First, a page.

Patrick Kennedy | Aug 3rd, 2010 at 12:47 pm

Great idea - thanks for your input!

For those of you who are not urban planning nerds, the Transect is a diagram of the transitions from dense urban development to natural landscape. Here's a great illustration: http://dpz.com/pdf/07-Transect%20Charts.pdf

Steve | Aug 3rd, 2010 at 12:56 pm

I've been thinking more about this diagram and I'm glad that you didn't include density or cost in the paradigm. In my opinion both are product of demand, which is driven by amenity aka the factors you have highlighted above. Density of development is merely a response to having connectivity, a compact and walkable neighborhood, diversity of uses ie diversity of restaurants, jobs, housing, etc... which incidentally is WalkScores next endeavor to improve their metric.

Patrick Kennedy | Aug 4th, 2010 at 11:35 am

Density is a relative term. There are suburban apartment complexes that are much more dense than the neighborhood I live in, which is much more "urban". That's why I tried to distill the abstract idea of urbanity down to those key elements that differentiate what I see as "urban" from areas that are clearly not.

Thanks for reading, and thanks for your comments!

Steve | Aug 4th, 2010 at 12:15 pm

Sorry to keep pestering you, but I think there is something really profound here, but it just has to be elucidated a bit. You are right that density is relative. There are good forms of density and bad forms. In my opinion, the bad density is a product of a real estate delivery and city building system that has lost its way.

Where there should be a direct relationship between amenity and value/density, which is what your diagram shows, and how we know infrastructure and development at least SHOULD exist, there is not a direct relationship in what we might label as the 20th century city for shorthand. In fact, there is no relationship or guiding force. In many cases, it is delivering density where it doesn't want to be (and getting slums) or not correctly identifying the barriers to why density ISN'T happening in areas that have levels of amenity like high connectivity, etc.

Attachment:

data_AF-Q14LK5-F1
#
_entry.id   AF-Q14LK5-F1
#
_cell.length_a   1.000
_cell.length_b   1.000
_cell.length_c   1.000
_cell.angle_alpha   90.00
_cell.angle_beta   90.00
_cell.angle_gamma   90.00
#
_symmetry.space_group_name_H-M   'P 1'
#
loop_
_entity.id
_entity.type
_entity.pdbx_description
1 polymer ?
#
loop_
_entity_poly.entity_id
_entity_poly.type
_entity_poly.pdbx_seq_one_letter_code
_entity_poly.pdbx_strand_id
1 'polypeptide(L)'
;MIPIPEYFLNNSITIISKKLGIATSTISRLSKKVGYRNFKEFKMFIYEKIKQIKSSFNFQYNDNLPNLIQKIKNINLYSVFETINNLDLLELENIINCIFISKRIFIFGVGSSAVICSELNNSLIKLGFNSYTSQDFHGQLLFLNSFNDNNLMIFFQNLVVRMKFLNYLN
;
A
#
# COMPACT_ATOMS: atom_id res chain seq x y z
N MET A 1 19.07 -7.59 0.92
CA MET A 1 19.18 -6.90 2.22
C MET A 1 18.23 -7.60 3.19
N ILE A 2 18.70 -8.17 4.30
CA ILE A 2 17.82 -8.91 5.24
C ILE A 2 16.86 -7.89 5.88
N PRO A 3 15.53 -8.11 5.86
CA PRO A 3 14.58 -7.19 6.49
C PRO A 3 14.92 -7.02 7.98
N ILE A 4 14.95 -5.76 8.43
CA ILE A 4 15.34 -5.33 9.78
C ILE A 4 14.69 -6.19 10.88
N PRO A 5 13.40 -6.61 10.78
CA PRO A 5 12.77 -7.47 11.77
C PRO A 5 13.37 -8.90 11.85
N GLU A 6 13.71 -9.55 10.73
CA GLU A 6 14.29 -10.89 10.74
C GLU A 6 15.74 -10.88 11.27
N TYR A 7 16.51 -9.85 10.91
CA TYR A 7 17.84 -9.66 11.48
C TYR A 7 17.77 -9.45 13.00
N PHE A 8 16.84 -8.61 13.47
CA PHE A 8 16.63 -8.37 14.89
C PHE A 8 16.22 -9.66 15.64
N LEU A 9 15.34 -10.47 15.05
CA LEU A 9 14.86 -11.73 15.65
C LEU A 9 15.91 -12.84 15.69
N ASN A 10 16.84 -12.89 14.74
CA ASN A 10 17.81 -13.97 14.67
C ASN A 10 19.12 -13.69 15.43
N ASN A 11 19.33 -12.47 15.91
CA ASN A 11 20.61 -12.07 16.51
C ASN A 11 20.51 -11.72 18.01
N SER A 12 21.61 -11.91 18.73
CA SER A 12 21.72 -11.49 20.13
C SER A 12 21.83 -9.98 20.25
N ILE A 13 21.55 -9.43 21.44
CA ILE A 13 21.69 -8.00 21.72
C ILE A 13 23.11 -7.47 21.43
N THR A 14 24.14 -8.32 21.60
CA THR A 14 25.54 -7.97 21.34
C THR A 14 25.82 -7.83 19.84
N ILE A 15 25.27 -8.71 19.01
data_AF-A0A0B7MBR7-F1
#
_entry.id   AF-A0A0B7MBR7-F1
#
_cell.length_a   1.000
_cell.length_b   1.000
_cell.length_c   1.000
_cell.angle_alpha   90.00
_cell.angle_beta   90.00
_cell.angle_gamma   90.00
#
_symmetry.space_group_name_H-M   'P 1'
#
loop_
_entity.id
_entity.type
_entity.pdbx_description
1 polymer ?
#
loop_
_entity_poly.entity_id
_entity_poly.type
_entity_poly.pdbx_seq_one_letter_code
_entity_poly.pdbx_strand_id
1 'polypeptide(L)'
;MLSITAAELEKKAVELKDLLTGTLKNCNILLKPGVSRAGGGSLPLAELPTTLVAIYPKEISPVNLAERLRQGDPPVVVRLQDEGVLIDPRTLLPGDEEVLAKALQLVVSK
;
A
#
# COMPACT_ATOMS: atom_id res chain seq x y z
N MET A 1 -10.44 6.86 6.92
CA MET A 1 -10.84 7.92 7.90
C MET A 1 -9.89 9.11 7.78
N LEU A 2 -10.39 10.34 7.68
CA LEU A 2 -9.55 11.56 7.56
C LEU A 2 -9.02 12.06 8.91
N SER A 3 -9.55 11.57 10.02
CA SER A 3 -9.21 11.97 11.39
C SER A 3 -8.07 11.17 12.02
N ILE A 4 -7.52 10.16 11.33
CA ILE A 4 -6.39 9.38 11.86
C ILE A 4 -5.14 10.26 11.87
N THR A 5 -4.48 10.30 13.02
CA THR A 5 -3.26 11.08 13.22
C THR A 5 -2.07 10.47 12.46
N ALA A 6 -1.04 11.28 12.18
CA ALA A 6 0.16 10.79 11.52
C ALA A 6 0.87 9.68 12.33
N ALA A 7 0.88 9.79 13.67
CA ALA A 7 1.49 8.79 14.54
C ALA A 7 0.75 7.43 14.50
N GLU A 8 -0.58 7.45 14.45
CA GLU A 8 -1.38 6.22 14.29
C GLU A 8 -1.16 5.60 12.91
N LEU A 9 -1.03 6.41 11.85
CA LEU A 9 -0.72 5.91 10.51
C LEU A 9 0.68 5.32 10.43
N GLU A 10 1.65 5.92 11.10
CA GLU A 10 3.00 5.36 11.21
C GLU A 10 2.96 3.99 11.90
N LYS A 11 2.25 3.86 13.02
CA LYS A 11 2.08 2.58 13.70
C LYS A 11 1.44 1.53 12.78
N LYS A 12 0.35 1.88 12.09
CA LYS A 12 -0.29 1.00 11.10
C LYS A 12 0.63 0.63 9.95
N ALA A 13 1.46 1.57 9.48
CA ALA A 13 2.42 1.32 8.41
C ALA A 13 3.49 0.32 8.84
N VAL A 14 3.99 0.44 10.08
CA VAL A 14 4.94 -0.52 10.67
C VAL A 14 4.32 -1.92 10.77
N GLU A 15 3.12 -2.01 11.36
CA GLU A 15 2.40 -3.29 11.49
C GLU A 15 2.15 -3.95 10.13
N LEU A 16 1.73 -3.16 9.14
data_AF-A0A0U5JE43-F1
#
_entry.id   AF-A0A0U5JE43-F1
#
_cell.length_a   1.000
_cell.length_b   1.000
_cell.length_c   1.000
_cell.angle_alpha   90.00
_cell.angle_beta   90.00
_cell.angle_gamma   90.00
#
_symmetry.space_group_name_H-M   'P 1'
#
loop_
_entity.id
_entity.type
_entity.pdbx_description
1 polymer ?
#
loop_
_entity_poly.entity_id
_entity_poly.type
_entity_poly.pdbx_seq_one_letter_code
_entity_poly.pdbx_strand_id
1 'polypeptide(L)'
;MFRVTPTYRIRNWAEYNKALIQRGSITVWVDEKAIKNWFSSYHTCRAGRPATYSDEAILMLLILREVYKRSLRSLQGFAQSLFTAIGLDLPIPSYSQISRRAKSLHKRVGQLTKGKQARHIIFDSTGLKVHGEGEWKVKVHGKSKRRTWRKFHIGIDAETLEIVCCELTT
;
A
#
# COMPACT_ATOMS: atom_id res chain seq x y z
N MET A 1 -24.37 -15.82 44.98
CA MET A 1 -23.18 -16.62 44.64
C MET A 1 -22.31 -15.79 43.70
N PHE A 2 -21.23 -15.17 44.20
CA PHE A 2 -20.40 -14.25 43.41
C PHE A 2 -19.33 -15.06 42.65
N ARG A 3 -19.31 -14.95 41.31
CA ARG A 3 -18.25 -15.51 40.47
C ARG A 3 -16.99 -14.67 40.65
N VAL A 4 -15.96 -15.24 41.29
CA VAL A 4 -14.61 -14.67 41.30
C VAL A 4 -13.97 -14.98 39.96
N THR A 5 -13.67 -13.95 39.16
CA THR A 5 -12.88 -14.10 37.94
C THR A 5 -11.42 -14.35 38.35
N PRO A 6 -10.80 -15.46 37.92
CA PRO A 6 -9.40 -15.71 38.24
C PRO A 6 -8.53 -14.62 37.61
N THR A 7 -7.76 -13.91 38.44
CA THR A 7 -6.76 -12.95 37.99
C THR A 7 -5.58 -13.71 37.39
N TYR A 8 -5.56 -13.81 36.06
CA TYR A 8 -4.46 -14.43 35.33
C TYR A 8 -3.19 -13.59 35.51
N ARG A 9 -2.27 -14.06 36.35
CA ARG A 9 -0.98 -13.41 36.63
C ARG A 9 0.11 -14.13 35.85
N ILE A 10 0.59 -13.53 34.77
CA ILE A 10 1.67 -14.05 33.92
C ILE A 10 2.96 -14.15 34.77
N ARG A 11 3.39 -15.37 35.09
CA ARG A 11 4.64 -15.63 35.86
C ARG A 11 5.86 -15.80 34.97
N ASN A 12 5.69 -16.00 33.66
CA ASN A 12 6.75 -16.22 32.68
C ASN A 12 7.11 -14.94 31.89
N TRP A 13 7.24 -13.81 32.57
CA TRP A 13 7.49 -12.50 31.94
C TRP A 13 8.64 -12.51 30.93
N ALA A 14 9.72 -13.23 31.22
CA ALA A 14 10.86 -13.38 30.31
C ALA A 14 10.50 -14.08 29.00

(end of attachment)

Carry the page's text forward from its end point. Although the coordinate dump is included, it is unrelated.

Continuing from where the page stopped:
I am still struggling with the two diversities, I guess. These strike me as outputs or resultant products of various forces rather than the inputs. I think this can get really strong if we're able to distill a similar diagram strictly to inputs. I guess the challenge with that is the feedback loops inherent in complex systems such as cities. I'm wondering, are there more elements to this equation? If so, what might they be? Or are there less, and they all revolve around connectivity and its various permutations?

Patrick Kennedy | Aug 6th, 2010 at 3:13 pm

Sorry to keep pestering you, but I think there is something really profound here, but it just has to be elucidated a bit.

This type of discussion is one of the reasons I enjoy blogging! I think I see now what you have been getting at - let me try to respond and see if it moves the discussion forward.

You are right that density is relative. There are good forms of density and bad forms. In my opinion, the bad density is a product of a real estate delivery and city building system that has lost its way.

"Bad" density can be bad for two reasons: socioeconomic and form. Having studied both architecture and social work I have taken some opportunity to explore each. I have come to the conclusion that the physical form of density can be an aggravating factor, but ultimately is not the determining factor in the fundamental character of a specific "dense" development. Indeed, I consider the characteristic suburban apartment complex form just as disagreeable as the characteristic mid-century public housing form. The difference becomes primarily socioeconomic and political.